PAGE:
This Guardian piece discussing a new FAO report on why the price of foods, and in particular cereals, keeps going up, suggests that at least one myth about food price increases has now been conclusively blown out of the water. There has been a lot of murmuring about how the food price rises must be the fault of China and India. The logic is that these countries have grown significantly in recent years and are now consuming at rates similar to those of developed nations (which, in itself, begins to call into question terms like 'developed nations'). In fact, it turns out grain consumption in India and China has barely increased.
The real culprit, it seems, is biofuels, and in particular the massive subsidies on biofuel production in wealthy nations, at the same time that food production subsidies are disappearing. If you subsidise the use of cereals to make fuel while simultaneously remove the subsidies that pay people to produce grain for foods, this result should not be unexpected.
Of course the reality of this is that expensive fuels from unstable regions tend towards the #firstworldproblems category while high and volatile food prices hit the poorest the hardest. So subsidising biofuel production may well be in the interests of 'first world' citizens, even though it is decimating the ability of poor people in developing countries to access food. Exacerbated by regulations which expressly prevent (politically weaker) poor nations from subsidising anything.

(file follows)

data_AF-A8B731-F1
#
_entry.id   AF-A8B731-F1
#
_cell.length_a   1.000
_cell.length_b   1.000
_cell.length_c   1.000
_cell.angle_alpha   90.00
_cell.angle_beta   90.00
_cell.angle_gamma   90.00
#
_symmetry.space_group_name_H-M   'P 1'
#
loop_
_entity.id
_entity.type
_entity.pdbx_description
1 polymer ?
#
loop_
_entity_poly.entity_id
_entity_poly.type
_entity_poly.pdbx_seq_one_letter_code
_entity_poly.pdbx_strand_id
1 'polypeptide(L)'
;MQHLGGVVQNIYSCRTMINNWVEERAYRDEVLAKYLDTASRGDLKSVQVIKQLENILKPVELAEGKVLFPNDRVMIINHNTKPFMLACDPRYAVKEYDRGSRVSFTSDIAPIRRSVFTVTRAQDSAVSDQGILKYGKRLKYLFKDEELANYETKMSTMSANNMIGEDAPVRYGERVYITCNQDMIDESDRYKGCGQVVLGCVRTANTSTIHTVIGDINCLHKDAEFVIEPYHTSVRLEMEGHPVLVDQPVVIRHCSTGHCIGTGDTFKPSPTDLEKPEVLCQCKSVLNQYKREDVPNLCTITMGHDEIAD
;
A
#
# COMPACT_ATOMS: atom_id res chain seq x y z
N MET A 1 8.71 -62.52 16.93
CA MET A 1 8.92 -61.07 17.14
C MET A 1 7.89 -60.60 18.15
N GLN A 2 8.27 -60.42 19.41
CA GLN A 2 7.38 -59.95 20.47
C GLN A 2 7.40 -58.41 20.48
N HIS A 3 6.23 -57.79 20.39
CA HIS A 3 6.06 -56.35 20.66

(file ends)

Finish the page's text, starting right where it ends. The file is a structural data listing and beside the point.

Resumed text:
The other problem, of course, being that this brings the environmentalists onto a collision course with the development people. As much as 'sustainable development' (meaning environmentally sustainable) has been a popular buzz-word in aid and development circles, the fact remains that environmental concerns and human development projects are not automatically in sync. In fact, they seldom are. And at some point, sometimes, something has got to give. I'm not sure I'm comfortable with the 'something' being starvation and acute food insecurity in developing nations for the sake of being able to drive big cars and still claim to be environmentally friendly in the US.